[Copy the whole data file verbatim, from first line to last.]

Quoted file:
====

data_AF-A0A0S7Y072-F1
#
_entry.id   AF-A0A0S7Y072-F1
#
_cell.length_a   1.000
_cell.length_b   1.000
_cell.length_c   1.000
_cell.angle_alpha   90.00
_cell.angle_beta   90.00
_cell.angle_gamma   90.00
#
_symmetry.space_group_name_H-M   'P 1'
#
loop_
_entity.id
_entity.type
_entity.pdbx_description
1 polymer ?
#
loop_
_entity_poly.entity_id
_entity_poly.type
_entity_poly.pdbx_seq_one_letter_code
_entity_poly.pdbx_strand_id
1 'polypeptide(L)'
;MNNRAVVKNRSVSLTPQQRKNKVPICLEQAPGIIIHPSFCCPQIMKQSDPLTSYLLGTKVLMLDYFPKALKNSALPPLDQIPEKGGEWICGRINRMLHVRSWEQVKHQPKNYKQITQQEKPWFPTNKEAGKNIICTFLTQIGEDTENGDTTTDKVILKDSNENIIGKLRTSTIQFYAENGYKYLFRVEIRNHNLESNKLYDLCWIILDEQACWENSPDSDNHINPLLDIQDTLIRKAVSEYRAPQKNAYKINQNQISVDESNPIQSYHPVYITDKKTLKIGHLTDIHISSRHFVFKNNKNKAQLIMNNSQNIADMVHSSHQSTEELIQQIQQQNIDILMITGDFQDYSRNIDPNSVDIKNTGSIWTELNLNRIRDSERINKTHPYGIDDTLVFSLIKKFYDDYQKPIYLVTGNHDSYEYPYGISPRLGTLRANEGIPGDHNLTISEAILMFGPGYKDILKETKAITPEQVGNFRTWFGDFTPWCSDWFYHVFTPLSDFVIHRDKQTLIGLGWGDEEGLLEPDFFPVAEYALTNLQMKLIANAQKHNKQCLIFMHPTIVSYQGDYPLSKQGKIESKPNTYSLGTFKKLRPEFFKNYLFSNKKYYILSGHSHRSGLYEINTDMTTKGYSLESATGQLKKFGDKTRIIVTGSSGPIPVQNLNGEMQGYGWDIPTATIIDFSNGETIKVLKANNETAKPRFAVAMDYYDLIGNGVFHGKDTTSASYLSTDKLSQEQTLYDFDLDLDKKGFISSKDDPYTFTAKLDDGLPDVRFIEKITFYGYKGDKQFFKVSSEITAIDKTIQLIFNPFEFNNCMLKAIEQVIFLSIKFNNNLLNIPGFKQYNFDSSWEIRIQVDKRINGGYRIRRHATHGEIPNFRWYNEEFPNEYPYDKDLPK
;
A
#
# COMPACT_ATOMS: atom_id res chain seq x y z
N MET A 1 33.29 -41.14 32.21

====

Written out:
data_AF-A0A0S7Y072-F1
#
_entry.id   AF-A0A0S7Y072-F1
#
_cell.length_a   1.000
_cell.length_b   1.000
_cell.length_c   1.000
_cell.angle_alpha   90.00
_cell.angle_beta   90.00
_cell.angle_gamma   90.00
#
_symmetry.space_group_name_H-M   'P 1'
#
loop_
_entity.id
_entity.type
_entity.pdbx_description
1 polymer ?
#
loop_
_entity_poly.entity_id
_entity_poly.type
_entity_poly.pdbx_seq_one_letter_code
_entity_poly.pdbx_strand_id
1 'polypeptide(L)'
;MNNRAVVKNRSVSLTPQQRKNKVPICLEQAPGIIIHPSFCCPQIMKQSDPLTSYLLGTKVLMLDYFPKALKNSALPPLDQIPEKGGEWICGRINRMLHVRSWEQVKHQPKNYKQITQQEKPWFPTNKEAGKNIICTFLTQIGEDTENGDTTTDKVILKDSNENIIGKLRTSTIQFYAENGYKYLFRVEIRNHNLESNKLYDLCWIILDEQACWENSPDSDNHINPLLDIQDTLIRKAVSEYRAPQKNAYKINQNQISVDESNPIQSYHPVYITDKKTLKIGHLTDIHISSRHFVFKNNKNKAQLIMNNSQNIADMVHSSHQSTEELIQQIQQQNIDILMITGDFQDYSRNIDPNSVDIKNTGSIWTELNLNRIRDSERINKTHPYGIDDTLVFSLIKKFYDDYQKPIYLVTGNHDSYEYPYGISPRLGTLRANEGIPGDHNLTISEAILMFGPGYKDILKETKAITPEQVGNFRTWFGDFTPWCSDWFYHVFTPLSDFVIHRDKQTLIGLGWGDEEGLLEPDFFPVAEYALTNLQMKLIANAQKHNKQCLIFMHPTIVSYQGDYPLSKQGKIESKPNTYSLGTFKKLRPEFFKNYLFSNKKYYILSGHSHRSGLYEINTDMTTKGYSLESATGQLKKFGDKTRIIVTGSSGPIPVQNLNGEMQGYGWDIPTATIIDFSNGETIKVLKANNETAKPRFAVAMDYYDLIGNGVFHGKDTTSASYLSTDKLSQEQTLYDFDLDLDKKGFISSKDDPYTFTAKLDDGLPDVRFIEKITFYGYKGDKQFFKVSSEITAIDKTIQLIFNPFEFNNCMLKAIEQVIFLSIKFNNNLLNIPGFKQYNFDSSWEIRIQVDKRINGGYRIRRHATHGEIPNFRWYNEEFPNEYPYDKDLPK
;
A
#
# COMPACT_ATOMS: atom_id res chain seq x y z
N MET A 1 33.29 -41.14 32.21